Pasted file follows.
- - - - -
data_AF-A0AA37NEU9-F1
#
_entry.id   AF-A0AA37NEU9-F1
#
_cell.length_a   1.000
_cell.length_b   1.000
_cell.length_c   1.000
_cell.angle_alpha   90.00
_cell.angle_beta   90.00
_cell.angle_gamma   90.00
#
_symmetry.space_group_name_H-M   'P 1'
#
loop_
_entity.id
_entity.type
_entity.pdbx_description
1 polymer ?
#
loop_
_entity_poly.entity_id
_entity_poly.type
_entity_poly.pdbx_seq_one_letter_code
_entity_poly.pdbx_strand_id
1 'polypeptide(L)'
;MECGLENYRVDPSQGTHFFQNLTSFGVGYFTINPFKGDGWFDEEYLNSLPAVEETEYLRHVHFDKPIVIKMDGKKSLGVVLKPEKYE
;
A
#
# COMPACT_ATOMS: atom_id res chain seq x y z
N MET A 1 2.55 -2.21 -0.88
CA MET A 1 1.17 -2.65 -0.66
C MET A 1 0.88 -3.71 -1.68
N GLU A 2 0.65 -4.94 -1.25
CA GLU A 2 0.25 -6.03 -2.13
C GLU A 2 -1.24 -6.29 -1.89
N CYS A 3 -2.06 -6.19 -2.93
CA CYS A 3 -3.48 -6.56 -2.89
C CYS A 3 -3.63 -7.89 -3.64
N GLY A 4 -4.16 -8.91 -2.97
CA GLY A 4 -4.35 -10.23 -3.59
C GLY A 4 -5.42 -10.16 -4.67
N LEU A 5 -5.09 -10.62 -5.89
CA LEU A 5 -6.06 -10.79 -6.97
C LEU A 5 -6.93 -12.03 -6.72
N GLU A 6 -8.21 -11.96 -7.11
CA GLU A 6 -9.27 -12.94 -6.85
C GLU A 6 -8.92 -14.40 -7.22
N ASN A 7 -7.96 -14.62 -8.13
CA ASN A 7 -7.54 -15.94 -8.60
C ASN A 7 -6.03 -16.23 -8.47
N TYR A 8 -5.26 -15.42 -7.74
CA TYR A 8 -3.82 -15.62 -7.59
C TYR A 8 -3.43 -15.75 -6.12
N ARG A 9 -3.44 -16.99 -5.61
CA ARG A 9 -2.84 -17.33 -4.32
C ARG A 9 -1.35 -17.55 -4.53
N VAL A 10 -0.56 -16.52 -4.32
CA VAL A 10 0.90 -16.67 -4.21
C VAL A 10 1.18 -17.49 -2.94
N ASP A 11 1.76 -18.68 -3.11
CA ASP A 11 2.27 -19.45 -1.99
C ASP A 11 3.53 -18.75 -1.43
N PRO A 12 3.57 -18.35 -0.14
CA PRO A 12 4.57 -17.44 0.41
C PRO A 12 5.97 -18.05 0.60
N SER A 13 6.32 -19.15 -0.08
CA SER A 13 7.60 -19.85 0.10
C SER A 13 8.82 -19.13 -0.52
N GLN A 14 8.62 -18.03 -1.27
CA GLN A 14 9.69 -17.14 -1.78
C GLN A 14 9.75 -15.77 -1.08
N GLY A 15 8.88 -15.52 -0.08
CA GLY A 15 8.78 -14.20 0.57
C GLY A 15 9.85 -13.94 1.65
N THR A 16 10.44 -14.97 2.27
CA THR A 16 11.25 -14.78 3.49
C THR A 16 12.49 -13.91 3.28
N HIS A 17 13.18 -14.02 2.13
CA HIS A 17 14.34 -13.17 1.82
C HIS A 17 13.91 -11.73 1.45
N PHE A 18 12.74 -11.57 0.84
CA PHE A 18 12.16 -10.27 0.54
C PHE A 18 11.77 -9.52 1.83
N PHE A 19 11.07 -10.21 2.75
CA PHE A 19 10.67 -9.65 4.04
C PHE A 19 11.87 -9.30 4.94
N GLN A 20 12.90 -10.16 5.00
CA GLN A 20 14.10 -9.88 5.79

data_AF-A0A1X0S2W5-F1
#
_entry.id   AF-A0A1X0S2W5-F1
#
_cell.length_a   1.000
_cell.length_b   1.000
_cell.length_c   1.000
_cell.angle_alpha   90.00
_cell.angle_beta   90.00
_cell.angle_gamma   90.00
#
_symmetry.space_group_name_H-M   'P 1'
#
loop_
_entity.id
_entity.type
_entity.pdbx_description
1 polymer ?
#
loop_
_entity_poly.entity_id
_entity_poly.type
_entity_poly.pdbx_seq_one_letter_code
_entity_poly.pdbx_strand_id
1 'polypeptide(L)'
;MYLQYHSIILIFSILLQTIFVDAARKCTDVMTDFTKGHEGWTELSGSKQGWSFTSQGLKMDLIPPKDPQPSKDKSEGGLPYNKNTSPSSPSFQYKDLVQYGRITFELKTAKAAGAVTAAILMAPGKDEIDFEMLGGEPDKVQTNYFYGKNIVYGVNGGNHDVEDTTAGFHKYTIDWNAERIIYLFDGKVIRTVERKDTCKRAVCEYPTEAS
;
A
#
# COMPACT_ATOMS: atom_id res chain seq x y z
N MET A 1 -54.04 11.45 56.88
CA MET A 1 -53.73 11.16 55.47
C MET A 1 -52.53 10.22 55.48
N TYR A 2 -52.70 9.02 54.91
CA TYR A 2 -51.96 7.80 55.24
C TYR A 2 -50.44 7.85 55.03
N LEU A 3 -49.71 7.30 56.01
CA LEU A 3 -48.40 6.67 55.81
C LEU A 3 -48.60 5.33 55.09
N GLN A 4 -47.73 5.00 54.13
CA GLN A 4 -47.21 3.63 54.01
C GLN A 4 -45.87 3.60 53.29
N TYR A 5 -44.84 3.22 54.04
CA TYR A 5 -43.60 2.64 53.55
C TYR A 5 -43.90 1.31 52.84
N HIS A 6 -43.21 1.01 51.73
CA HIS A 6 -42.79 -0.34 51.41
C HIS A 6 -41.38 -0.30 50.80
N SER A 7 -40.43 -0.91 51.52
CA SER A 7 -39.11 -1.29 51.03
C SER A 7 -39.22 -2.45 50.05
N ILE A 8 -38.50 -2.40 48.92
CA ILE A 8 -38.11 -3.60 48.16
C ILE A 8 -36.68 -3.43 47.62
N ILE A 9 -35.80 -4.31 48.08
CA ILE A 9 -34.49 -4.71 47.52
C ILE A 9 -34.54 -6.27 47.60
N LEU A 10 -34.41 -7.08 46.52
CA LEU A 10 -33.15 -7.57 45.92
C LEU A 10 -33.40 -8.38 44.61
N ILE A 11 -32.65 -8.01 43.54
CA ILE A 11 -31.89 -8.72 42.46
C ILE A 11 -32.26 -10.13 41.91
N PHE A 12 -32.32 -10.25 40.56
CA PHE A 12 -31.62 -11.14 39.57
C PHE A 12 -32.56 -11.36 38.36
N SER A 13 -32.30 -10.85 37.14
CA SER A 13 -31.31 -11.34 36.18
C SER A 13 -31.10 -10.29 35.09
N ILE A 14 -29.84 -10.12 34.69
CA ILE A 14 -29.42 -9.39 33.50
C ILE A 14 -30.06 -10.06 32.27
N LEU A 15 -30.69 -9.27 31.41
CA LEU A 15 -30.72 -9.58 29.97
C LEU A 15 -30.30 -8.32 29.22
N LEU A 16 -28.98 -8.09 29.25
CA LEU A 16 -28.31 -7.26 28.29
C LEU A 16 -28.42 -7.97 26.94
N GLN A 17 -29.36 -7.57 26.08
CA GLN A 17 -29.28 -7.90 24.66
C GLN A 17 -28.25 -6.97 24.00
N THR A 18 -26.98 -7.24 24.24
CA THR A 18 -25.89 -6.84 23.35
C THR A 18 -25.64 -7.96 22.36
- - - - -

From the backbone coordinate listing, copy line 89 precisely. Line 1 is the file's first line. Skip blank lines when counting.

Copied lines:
CA GLN A 20 14.10 -9.88 5.79